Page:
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Man says video shows police abuse; police say use of force was warranted

By Daymond Steer
CONWAY — A local man says he was abused while in police custody last year and that the evidence is on video. Police say their use of force against Adam Martinese was appropriate.
The police surveillance video can be viewed at The Conway Daily Sun's website, www.conwaydailysun.com, or on the Sun's e-reader.
Martinese, 40, of Conway, said the abuse he suffered in March is part of a long-term pattern that goes back to 2009. Martinese said he's been harassed and arrested by local police over a half dozen times since 2009 when a drug charge against him was dropped. Martinese said he's been successful in the majority of cases the police brought against him and the other case amounted to a ticket.
Martinese said since last year he's lost 70 pounds, much of which is due to stress.
"I cannot tell you what it's like to be handcuffed in the back of a car and thrown in a cell whenever they feel like it," said Martinese. "Terrible, terrible."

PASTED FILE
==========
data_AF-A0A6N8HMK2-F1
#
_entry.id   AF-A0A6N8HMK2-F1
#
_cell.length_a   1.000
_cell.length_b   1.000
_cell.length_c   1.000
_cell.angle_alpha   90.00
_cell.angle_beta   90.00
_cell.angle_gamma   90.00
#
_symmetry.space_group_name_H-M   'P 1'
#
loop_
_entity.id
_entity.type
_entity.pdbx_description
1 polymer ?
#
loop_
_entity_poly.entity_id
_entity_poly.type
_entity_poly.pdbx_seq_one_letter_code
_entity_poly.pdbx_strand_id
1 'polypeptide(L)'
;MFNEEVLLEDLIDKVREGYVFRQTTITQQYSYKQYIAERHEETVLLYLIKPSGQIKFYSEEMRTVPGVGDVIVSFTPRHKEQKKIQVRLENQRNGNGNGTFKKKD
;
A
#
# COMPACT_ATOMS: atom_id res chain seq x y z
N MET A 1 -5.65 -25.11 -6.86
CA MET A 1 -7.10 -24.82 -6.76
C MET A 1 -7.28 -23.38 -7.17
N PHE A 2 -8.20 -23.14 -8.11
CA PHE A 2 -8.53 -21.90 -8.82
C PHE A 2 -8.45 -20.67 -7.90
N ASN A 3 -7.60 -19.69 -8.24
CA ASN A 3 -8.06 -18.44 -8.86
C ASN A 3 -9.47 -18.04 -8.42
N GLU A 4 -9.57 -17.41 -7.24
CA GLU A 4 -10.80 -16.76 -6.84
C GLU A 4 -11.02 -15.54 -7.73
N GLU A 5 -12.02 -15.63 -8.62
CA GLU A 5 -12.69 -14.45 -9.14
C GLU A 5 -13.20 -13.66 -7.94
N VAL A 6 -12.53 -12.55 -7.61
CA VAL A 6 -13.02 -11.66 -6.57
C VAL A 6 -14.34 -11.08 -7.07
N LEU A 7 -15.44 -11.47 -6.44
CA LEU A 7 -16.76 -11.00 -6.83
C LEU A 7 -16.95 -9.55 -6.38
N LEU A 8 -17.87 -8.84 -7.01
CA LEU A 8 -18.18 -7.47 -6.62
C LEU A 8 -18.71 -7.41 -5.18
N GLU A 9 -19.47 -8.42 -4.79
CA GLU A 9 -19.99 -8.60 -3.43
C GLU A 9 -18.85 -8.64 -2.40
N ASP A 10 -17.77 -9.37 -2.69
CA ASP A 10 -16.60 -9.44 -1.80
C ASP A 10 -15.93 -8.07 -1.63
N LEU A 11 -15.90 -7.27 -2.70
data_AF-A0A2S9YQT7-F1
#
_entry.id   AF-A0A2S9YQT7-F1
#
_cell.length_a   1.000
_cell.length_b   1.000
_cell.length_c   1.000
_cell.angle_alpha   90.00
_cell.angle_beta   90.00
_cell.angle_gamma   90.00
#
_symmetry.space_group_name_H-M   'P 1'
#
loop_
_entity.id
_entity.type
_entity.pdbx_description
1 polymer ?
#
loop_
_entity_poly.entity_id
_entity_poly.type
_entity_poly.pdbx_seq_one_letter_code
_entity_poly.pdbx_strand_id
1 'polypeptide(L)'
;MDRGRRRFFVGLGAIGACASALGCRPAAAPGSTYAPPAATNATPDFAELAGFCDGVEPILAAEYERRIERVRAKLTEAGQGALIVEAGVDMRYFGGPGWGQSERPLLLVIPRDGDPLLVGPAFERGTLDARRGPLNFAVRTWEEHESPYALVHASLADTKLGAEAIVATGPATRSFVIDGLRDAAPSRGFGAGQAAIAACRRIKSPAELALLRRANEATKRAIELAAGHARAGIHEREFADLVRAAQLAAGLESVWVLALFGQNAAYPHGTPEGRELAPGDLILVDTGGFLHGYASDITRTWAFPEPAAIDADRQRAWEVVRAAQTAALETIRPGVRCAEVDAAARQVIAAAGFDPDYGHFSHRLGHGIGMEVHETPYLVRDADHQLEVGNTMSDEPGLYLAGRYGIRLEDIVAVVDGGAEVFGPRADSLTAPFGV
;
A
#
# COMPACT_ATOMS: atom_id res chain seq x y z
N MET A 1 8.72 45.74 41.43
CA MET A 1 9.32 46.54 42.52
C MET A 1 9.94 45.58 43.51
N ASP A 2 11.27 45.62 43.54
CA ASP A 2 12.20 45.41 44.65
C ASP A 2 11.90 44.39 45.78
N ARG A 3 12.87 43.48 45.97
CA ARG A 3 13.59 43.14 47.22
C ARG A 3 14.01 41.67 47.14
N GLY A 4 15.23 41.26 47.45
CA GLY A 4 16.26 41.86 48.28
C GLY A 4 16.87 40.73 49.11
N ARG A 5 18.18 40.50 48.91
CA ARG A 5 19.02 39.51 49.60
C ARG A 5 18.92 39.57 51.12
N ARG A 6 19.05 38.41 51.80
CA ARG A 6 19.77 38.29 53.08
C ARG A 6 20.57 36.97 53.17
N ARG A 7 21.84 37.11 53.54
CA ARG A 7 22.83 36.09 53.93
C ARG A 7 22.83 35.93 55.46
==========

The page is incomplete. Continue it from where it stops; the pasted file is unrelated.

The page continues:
Martinese, a local barber, was most recently in court on charges he assaulted a Conway police officer and committed disorderly conduct during an incident at the Conway Police Department's lobby in late March, the incident that is on video. 
In the middle of Martinese's jury trial on Jan. 8, Superior Court Judge Peter Fauver dismissed the disorderly conduct charge, saying the state failed to prove the elements of that charge, and then Fauver dismissed the simple assault charge because the county attorney's office accidentally omitted some language in the indictment. The assault indictment should have described Martinese's mental state when he allegedly struck Clp. Sean McGrath.